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The Most Underrated New PS5 And Xbox Series X Feature Is A Game-Changer

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It's new quality-of-life features, not raw processing power, that could make this generation uniquely memorable.

We're still awaiting details on the next-gen consoles' releases dates and prices, but additional details continue to come into focus. The latest development concerns the PS5's backwards compatibility situation and how pre-PS4 games won't be supported. Xbox Series X will be backwards compatible with Xbox One, as well as the much of the Xbox and Xbox 360 library. Below, we take a look at how PS5 and Xbox Series X may make the games you can play that much better.

The next generation of consoles is pushing hardware power further and faster, but the gulf of noticeable graphical and technical upgrades between generations is shrinking. Microsoft, for example, is consciously blurring the line by promising cross-generation support going forward with the launch of Xbox Series X, with first-party titles also being bound for Xbox One as well. That makes quality-of-life features more valuable than ever, including at least one that's more significant than it may seem: multi-game suspension.

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The feature has largely flown under the radar, part of the suite of new features casually announced when Microsoft first revealed its next-gen plans. It was announced alongside other ambitious plans and quality-of-life features for new hardware, like an SSD to support faster load times and a new version of its standard wireless controller.

Sony has not detailed specific plans for multi-game suspension, but it stands to reason that the feature could be included into the PlayStation 5. The company has already talked about a similar feature, reportedly to be called Activities, that will let you jump into individual game modes straight from the console dashboard without needing to load into a game's standard menu. It's conceivable that both console manufacturers could borrow these ideas from each other.

These types of features could have a huge impact on how we interact with games, and what we expect from our console interfaces well into the future. These sorts of minor improvements that reduce friction in your everyday life end up becoming normalized, taken for granted, and then missed if they're ever gone. In five years, it may seem frustrating or even unacceptable not to be able to swap between multiple games on-the-fly or jump straight into a multiplayer match without the hassle of a game bootup.

Imagine, for example, you're in the middle of a narrative single-player game mission. A friend messages you looking for a fourth for a battle royale quad, but she only has time for a single match. Rather than leave your friend hanging as you finish the mission or lose your mid-mission progress, you simply accept the invite, play a match, and hop right back in where you left off. Or you could play several single-player experiences back-to-back, jumping between them like novels with bookmarks.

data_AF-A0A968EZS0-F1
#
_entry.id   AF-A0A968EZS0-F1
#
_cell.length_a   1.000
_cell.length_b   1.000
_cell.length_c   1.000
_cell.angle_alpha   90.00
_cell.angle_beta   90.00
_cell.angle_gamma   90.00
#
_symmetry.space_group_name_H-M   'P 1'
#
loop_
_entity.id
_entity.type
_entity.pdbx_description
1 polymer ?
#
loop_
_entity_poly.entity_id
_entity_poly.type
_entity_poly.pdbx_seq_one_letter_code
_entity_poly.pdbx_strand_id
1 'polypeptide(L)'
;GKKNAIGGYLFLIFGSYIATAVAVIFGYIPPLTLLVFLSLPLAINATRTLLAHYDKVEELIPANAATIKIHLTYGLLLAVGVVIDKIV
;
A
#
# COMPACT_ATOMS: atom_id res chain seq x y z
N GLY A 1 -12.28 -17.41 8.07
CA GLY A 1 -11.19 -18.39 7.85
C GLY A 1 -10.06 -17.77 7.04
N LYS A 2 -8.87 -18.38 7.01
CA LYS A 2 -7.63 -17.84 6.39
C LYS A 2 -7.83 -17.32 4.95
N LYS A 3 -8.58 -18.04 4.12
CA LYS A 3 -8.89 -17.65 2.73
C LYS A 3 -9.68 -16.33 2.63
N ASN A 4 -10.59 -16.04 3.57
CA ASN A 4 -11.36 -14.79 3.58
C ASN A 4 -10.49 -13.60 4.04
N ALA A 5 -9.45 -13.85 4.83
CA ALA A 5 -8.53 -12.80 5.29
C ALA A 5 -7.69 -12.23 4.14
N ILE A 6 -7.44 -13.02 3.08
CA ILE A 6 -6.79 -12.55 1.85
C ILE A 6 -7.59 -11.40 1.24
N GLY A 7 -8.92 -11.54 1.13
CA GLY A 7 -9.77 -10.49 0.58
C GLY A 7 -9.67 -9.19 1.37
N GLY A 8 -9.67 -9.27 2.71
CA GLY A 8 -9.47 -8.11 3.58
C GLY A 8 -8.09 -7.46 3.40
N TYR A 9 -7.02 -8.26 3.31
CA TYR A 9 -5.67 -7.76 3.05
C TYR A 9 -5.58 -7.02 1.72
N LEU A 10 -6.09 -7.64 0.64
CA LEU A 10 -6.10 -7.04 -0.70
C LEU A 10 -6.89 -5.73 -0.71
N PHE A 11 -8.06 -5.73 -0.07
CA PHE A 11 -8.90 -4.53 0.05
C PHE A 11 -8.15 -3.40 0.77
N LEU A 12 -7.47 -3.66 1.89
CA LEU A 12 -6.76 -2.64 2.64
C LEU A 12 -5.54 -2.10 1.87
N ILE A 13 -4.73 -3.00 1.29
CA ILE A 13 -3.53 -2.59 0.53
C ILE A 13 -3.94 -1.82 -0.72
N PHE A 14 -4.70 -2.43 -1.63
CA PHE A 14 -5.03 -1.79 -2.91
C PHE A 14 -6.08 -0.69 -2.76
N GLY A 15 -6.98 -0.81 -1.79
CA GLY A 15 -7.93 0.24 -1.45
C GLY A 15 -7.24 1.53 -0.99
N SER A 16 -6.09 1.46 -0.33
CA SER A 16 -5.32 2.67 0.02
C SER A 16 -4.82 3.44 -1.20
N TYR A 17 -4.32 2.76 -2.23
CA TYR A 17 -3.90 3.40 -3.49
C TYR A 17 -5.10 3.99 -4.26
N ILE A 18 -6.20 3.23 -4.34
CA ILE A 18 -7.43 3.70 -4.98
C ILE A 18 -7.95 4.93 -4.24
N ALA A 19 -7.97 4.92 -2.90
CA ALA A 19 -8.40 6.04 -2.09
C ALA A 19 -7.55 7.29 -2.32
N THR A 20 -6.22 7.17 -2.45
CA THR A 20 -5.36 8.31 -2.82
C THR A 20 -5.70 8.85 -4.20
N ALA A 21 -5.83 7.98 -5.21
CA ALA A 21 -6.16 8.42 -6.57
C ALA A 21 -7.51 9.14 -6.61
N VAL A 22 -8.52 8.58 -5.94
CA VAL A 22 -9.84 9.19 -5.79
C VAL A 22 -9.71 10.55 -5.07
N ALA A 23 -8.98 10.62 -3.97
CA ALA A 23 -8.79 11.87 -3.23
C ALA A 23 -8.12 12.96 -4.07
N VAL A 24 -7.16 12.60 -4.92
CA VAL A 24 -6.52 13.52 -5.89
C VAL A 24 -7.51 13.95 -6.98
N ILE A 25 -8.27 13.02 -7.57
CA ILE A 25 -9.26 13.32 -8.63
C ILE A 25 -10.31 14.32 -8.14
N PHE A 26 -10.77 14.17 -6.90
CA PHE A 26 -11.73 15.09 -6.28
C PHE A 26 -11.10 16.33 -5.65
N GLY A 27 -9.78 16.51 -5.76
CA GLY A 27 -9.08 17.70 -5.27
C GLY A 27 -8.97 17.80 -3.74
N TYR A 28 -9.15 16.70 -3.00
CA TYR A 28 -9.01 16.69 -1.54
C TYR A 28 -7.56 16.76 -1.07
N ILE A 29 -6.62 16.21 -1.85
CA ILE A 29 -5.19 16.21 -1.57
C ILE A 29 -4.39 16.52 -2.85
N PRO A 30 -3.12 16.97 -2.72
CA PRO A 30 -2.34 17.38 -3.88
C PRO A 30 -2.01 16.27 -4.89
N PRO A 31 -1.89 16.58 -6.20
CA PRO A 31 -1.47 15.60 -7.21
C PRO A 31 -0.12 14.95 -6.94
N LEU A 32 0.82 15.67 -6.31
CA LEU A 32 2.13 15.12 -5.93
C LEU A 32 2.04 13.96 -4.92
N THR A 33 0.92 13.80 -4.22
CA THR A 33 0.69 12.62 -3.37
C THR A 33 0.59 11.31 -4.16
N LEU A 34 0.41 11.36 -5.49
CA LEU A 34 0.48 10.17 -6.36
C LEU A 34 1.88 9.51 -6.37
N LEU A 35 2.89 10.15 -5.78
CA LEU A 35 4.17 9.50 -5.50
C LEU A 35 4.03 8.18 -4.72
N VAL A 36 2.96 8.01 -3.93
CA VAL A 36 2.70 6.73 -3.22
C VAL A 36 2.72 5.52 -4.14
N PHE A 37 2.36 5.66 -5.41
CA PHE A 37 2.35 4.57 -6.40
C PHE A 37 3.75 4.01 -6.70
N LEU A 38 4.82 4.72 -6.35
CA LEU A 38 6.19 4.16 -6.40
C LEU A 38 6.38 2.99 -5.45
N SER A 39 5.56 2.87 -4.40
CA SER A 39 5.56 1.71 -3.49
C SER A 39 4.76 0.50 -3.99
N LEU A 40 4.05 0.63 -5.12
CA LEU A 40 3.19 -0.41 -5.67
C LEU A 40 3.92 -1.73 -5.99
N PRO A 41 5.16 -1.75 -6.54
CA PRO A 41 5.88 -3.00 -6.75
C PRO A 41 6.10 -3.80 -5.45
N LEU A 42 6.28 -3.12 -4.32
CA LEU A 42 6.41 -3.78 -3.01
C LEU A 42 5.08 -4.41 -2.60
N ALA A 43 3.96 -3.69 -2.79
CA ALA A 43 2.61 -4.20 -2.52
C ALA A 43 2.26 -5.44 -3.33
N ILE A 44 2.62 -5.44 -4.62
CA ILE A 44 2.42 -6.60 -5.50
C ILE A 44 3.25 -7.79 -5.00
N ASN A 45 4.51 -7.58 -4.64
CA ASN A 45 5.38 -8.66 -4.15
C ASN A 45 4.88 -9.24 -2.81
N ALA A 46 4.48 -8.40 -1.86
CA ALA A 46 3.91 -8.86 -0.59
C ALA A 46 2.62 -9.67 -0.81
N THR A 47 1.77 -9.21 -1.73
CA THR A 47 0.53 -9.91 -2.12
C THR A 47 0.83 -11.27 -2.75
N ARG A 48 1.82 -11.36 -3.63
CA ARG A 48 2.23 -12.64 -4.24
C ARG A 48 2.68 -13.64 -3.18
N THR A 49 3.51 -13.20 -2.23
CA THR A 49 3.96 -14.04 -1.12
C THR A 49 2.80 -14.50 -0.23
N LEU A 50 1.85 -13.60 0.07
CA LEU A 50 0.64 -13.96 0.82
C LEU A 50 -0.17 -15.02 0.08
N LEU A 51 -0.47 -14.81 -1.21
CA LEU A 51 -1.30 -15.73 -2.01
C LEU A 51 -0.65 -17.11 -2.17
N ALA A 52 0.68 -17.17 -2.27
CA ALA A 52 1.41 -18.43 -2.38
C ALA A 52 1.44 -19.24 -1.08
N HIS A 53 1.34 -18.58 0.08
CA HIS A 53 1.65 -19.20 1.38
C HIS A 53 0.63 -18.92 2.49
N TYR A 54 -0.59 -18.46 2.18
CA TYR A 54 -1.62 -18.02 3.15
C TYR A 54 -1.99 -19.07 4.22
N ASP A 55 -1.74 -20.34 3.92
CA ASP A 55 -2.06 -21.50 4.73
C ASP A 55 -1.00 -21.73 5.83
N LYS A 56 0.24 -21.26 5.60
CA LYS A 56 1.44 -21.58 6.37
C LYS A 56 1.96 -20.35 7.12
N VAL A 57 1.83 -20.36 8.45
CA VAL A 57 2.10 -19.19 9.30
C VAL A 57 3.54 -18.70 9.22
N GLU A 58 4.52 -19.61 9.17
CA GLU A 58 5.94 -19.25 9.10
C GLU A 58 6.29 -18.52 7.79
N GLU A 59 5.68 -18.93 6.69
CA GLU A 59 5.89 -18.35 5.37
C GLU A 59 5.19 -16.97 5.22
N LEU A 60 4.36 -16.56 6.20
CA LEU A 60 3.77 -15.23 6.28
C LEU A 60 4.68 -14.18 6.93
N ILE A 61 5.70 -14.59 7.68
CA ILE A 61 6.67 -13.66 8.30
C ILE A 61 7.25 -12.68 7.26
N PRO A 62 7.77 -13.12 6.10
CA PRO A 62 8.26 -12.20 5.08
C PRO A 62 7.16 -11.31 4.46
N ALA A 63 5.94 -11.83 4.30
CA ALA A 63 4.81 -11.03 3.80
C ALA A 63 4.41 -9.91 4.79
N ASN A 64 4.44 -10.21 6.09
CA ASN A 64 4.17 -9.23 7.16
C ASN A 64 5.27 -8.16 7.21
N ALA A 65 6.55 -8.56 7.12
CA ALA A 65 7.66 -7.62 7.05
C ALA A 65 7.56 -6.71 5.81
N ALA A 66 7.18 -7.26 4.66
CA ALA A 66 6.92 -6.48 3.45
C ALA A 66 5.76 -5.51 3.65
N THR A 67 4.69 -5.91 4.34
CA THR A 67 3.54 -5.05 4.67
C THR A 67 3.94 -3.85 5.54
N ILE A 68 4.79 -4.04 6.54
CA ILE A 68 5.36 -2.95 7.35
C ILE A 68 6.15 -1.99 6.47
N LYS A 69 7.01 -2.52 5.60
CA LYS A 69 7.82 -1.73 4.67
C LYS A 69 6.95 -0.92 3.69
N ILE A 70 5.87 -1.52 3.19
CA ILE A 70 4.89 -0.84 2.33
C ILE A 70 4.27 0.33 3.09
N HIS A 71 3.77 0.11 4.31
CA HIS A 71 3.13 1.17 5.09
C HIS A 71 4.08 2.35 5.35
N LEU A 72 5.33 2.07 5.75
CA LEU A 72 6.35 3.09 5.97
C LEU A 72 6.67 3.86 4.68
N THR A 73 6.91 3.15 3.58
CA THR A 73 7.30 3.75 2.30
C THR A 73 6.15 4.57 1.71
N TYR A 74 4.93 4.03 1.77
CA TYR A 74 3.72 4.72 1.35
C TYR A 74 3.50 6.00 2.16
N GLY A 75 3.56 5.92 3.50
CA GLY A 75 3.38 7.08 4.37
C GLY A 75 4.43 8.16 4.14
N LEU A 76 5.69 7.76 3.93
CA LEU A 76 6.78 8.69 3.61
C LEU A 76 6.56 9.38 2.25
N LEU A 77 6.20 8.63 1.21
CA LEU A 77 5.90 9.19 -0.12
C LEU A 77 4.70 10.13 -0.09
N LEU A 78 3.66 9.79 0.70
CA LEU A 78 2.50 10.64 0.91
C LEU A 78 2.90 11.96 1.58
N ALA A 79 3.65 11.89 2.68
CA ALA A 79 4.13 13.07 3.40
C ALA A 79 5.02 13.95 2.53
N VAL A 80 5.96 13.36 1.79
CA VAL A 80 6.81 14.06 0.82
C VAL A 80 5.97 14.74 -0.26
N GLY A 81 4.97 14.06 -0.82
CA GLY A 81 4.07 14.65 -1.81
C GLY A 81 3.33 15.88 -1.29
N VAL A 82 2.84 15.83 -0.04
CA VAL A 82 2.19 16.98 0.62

The feature may also be a boon to game demos and subscription services like Xbox Game Pass or PlayStation Now. Sometimes the frequency and volume of updates to these services make it difficult to sample everything of interest. Being able to keep your place in a game while quickly sampling a bunch of new offerings can help encourage trying more new games and create more discoverability on the platforms.

Before long, the seemingly small features we never knew we wanted could feel like ones that we can't live without.

Whatever one may think of Apple devices, Apple's marketing brilliance has been based around simplicity. In the aughts, the company rocketed to unprecedented financial success by pitching its interfaces as simple, intuitive, and user-friendly. Some features we now take for granted were introduced this way, instilling a sudden sense of "why didn't anyone think of this before?" clarity. As consoles increasingly gain value in the mainstream market, it makes sense that companies would begin to focus less on pushing polygons and more on this simplicity-focused approach. Creating a device that works the way you wish it would is significant, even if those changes solve the problems you didn't realize you had.

The coming generation looks to be an evolutionary step for console gaming. Its visual upgrades are bound to be impressive but may not signify the evolutionary leap we've come to expect from previous transitions. That means the generation could be much more defined by expansive online services and quality-of-life improvements. Before long, the seemingly small features we never knew we wanted could feel like ones that we can't live without.

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Steve Watts

Steve Watts has loved video games since that magical day he first saw Super Mario Bros. at his cousin's house. He's been writing about games as a passion project since creating his own GeoCities page, and has been reporting, reviewing, and interviewing in a professional capacity for more than 15 years. He is GameSpot's preeminent expert on Hearthstone, a title no one is particularly fighting him for, but he'll claim it anyway.

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